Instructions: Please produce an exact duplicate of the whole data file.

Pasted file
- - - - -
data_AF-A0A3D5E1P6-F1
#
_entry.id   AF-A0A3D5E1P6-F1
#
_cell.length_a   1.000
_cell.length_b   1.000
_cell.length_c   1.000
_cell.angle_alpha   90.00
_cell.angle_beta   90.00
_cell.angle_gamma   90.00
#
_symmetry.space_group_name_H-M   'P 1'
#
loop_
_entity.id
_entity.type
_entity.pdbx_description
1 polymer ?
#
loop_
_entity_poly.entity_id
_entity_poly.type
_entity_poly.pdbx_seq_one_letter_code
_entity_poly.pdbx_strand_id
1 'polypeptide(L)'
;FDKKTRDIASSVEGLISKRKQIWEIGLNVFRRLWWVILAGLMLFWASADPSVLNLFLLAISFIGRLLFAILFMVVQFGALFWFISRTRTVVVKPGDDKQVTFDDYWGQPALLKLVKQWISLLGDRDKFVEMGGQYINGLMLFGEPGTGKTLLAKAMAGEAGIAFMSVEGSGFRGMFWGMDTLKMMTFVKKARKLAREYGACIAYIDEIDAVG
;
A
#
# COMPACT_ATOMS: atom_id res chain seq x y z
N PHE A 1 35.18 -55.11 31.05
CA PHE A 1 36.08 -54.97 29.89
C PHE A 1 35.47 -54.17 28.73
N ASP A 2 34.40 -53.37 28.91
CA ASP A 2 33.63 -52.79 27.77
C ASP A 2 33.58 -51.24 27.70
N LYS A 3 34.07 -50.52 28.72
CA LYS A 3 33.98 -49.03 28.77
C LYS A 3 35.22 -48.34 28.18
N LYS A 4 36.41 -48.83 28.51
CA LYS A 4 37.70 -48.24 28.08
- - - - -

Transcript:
data_AF-A0A3D5E1P6-F1
#
_entry.id   AF-A0A3D5E1P6-F1
#
_cell.length_a   1.000
_cell.length_b   1.000
_cell.length_c   1.000
_cell.angle_alpha   90.00
_cell.angle_beta   90.00
_cell.angle_gamma   90.00
#
_symmetry.space_group_name_H-M   'P 1'
#
loop_
_entity.id
_entity.type
_entity.pdbx_description
1 polymer ?
#
loop_
_entity_poly.entity_id
_entity_poly.type
_entity_poly.pdbx_seq_one_letter_code
_entity_poly.pdbx_strand_id
1 'polypeptide(L)'
;FDKKTRDIASSVEGLISKRKQIWEIGLNVFRRLWWVILAGLMLFWASADPSVLNLFLLAISFIGRLLFAILFMVVQFGALFWFISRTRTVVVKPGDDKQVTFDDYWGQPALLKLVKQWISLLGDRDKFVEMGGQYINGLMLFGEPGTGKTLLAKAMAGEAGIAFMSVEGSGFRGMFWGMDTLKMMTFVKKARKLAREYGACIAYIDEIDAVG
;
A
#
# COMPACT_ATOMS: atom_id res chain seq x y z
N PHE A 1 35.18 -55.11 31.05
CA PHE A 1 36.08 -54.97 29.89
C PHE A 1 35.47 -54.17 28.73
N ASP A 2 34.40 -53.37 28.91
CA ASP A 2 33.63 -52.79 27.77
C ASP A 2 33.58 -51.24 27.70
N LYS A 3 34.07 -50.52 28.72
CA LYS A 3 33.98 -49.03 28.77
C LYS A 3 35.22 -48.34 28.18
N LYS A 4 36.41 -48.83 28.51
CA LYS A 4 37.70 -48.24 28.08